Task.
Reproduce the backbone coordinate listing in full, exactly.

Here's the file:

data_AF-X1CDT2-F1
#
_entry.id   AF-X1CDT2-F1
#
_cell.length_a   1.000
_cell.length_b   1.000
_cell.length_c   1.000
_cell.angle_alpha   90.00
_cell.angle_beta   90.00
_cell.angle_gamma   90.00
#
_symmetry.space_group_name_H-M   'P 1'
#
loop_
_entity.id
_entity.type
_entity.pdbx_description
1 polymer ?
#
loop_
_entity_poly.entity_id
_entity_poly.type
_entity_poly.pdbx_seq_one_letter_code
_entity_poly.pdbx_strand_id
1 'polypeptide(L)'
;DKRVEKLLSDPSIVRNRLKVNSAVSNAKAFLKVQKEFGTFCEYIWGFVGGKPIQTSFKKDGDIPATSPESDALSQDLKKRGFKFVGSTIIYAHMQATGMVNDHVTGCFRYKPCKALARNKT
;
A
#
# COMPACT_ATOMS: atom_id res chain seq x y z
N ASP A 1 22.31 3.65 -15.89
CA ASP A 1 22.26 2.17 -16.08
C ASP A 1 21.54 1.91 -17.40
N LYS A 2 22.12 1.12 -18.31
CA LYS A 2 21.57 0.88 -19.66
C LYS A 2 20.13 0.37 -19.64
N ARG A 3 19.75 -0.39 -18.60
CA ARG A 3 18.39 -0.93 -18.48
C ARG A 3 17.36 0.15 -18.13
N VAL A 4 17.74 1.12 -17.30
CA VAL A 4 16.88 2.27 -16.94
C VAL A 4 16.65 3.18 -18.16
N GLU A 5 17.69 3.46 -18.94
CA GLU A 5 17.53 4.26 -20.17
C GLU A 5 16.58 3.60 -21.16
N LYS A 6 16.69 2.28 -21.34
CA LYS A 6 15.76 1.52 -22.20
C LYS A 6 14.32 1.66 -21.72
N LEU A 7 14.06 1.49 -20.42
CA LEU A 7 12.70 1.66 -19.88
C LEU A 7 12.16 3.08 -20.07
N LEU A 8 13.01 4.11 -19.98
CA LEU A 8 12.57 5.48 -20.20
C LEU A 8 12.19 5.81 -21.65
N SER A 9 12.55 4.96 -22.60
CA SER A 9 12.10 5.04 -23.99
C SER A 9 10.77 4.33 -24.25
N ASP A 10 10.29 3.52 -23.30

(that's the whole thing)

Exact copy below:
data_AF-X1CDT2-F1
#
_entry.id   AF-X1CDT2-F1
#
_cell.length_a   1.000
_cell.length_b   1.000
_cell.length_c   1.000
_cell.angle_alpha   90.00
_cell.angle_beta   90.00
_cell.angle_gamma   90.00
#
_symmetry.space_group_name_H-M   'P 1'
#
loop_
_entity.id
_entity.type
_entity.pdbx_description
1 polymer ?
#
loop_
_entity_poly.entity_id
_entity_poly.type
_entity_poly.pdbx_seq_one_letter_code
_entity_poly.pdbx_strand_id
1 'polypeptide(L)'
;DKRVEKLLSDPSIVRNRLKVNSAVSNAKAFLKVQKEFGTFCEYIWGFVGGKPIQTSFKKDGDIPATSPESDALSQDLKKRGFKFVGSTIIYAHMQATGMVNDHVTGCFRYKPCKALARNKT
;
A
#
# COMPACT_ATOMS: atom_id res chain seq x y z
N ASP A 1 22.31 3.65 -15.89
CA ASP A 1 22.26 2.17 -16.08
C ASP A 1 21.54 1.91 -17.40
N LYS A 2 22.12 1.12 -18.31
CA LYS A 2 21.57 0.88 -19.66
C LYS A 2 20.13 0.37 -19.64
N ARG A 3 19.75 -0.39 -18.60
CA ARG A 3 18.39 -0.93 -18.48
C ARG A 3 17.36 0.15 -18.13
N VAL A 4 17.74 1.12 -17.30
CA VAL A 4 16.88 2.27 -16.94
C VAL A 4 16.65 3.18 -18.16
N GLU A 5 17.69 3.46 -18.94
CA GLU A 5 17.53 4.26 -20.17
C GLU A 5 16.58 3.60 -21.16
N LYS A 6 16.69 2.28 -21.34
CA LYS A 6 15.76 1.52 -22.20
C LYS A 6 14.32 1.66 -21.72
N LEU A 7 14.06 1.49 -20.42
CA LEU A 7 12.70 1.66 -19.88
C LEU A 7 12.16 3.08 -20.07
N LEU A 8 13.01 4.11 -19.98
CA LEU A 8 12.57 5.48 -20.20
C LEU A 8 12.19 5.81 -21.65
N SER A 9 12.55 4.96 -22.60
CA SER A 9 12.10 5.04 -23.99
C SER A 9 10.77 4.33 -24.25
N ASP A 10 10.29 3.52 -23.30